Let me pause to re-iterate this point:
Women are people who, when we have sex, sometimes create new life. This truth deeply colors relations between men and women — even men and women who never have children together, indeed, men and women who never have sex together. Men impregnate, women are not impregnable. A society which tries to deny these facts ends up doing great and lasting damage to its own children, and to both men and women.
I learned the key indicator of contraceptive success was not technological efficacy but motivation of the user. Only women highly motivated to avoid out-of-wedlock pregnancy stand a chance of avoiding pregnancy by any of the conceivable methods.
Marriage as a legal institution and as social ideal, I came to perceive, was regulating the sexual behavior of the unmarried as well. (e.g. avoiding unmarried pregnancy becomes especially challenging if it’s hard to figure out whether or not you are married, or if you and your partner have differing views on this important question, as often happens with cohabiting couples).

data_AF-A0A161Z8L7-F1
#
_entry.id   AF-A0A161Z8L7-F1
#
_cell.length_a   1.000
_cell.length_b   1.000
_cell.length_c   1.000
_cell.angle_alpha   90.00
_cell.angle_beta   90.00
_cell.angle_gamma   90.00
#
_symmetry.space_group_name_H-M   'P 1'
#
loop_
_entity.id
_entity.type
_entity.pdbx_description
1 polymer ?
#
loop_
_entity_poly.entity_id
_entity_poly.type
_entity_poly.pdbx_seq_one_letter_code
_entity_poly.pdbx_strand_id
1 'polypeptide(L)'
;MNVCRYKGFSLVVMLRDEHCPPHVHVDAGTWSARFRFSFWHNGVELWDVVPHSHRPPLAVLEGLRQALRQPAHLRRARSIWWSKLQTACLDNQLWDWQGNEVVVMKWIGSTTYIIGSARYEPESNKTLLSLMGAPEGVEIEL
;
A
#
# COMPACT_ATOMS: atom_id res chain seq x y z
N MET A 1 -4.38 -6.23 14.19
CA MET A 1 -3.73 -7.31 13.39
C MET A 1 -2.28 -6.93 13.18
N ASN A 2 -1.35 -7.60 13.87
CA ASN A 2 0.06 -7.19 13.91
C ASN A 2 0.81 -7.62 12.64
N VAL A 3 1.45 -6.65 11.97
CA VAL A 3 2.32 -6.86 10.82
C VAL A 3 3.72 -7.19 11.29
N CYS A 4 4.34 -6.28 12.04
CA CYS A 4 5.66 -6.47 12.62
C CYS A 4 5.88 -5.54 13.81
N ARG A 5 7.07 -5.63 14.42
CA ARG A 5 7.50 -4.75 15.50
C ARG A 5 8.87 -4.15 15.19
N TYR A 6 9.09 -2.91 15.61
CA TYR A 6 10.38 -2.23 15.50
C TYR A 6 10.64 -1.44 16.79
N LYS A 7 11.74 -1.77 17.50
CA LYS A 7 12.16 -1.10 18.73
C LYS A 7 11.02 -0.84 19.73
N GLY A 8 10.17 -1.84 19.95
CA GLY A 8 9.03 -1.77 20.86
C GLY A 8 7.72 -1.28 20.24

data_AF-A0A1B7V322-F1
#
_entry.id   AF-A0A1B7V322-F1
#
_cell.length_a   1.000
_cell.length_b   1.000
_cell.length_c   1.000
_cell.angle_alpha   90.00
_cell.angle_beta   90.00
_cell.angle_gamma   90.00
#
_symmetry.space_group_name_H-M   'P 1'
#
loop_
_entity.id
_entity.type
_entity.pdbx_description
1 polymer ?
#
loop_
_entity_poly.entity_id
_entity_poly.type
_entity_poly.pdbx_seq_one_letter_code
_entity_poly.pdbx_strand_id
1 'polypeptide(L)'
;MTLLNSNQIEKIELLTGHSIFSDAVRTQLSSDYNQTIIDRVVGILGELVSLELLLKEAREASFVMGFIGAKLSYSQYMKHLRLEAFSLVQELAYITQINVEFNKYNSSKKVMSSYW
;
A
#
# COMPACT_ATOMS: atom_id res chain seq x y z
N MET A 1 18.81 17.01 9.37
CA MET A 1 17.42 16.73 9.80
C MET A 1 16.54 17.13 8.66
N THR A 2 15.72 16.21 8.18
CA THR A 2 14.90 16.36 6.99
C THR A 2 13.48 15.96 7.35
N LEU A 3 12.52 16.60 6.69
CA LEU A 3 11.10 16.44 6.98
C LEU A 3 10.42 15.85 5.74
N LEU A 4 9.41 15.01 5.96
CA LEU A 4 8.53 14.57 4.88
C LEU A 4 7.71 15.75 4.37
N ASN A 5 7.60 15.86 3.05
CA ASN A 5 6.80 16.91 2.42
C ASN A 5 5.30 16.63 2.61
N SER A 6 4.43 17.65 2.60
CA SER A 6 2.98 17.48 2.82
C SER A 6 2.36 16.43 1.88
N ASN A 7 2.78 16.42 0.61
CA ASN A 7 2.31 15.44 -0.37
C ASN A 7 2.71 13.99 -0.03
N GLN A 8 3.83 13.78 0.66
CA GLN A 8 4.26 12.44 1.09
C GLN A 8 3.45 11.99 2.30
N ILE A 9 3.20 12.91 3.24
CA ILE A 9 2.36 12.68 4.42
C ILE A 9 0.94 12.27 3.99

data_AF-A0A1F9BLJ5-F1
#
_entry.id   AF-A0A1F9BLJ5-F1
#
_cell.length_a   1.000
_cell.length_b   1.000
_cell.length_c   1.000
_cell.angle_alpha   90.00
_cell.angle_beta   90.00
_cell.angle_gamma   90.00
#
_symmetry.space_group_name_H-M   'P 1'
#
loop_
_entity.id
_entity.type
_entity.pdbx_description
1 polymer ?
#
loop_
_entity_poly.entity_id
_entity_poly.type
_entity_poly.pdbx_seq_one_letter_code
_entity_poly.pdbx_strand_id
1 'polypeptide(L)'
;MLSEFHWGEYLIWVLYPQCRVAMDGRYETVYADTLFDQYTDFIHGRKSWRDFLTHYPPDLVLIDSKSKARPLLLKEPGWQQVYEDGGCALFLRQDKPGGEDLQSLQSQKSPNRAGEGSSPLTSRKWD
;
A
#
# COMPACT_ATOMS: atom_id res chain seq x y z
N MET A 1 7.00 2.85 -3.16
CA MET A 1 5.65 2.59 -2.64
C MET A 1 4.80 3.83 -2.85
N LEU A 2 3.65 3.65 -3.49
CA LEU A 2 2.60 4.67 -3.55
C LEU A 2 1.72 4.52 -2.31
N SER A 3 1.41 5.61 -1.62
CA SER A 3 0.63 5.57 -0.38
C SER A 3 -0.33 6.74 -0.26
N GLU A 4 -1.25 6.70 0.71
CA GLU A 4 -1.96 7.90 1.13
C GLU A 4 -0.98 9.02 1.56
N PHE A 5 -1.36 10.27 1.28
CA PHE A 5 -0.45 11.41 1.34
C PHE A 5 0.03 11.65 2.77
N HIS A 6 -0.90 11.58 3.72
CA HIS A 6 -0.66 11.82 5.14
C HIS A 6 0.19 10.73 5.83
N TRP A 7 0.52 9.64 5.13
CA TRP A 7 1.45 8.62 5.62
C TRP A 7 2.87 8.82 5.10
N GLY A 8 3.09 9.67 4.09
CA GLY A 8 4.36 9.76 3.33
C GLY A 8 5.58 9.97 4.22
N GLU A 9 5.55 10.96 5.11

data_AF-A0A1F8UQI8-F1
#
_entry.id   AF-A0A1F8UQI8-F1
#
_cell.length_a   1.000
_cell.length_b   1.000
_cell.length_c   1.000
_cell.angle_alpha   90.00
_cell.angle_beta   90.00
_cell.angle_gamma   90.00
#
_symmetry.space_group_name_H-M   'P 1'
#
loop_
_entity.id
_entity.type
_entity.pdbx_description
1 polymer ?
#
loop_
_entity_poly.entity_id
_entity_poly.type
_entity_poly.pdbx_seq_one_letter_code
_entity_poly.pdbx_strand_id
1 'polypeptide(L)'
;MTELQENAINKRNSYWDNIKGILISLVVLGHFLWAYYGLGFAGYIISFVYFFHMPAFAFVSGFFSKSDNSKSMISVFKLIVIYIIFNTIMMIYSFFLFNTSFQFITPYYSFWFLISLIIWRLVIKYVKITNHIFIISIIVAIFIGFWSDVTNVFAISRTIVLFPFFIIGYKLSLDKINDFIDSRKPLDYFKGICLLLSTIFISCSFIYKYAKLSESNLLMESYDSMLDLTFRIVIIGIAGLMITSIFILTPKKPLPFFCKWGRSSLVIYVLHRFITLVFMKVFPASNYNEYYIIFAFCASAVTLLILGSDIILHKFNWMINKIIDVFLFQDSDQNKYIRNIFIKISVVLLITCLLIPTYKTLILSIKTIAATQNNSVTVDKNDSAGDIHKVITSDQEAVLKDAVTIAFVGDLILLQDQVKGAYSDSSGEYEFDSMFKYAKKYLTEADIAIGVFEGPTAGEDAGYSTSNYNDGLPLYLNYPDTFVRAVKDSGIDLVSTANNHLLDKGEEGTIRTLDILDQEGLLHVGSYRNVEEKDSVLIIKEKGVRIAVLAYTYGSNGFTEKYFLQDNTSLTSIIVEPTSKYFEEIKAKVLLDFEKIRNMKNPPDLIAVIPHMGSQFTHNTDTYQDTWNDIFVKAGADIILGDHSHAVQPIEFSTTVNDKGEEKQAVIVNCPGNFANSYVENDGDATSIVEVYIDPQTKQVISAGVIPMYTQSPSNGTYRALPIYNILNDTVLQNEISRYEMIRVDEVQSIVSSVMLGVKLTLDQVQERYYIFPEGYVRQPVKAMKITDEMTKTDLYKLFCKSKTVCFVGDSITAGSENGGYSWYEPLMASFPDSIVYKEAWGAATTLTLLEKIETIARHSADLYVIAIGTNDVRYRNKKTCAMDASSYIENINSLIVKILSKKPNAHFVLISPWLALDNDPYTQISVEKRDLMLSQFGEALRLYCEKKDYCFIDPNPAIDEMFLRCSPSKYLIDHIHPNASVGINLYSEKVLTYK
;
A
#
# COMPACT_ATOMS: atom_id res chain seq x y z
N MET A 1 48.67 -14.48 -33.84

Moreover, I came to understand in an immediate, personal way that the happy talk of the cultural elites around the visible decline in marriage was not (as they liked to tell themselves) rooted in science; it amounted to a new sexual taboo — a polite way of avoiding big, obvious truths by covering them up with pretty-sounding words. A society in which marriage was weakened was not simply a society where women had more freedom. It was a society in which women were more vulnerable and millions of babies are less protected.
I learned this truth: Connecting sex, babies, love, money, and mothers and fathers is hard.
Hard at the individual level, and hard at the societal level. A society where marriage is the normal, usual, and generally reliable way to raise children is a great cultural achievement, not a law of nature. . .
I learned: When marriage is privatized, women and children get hurt.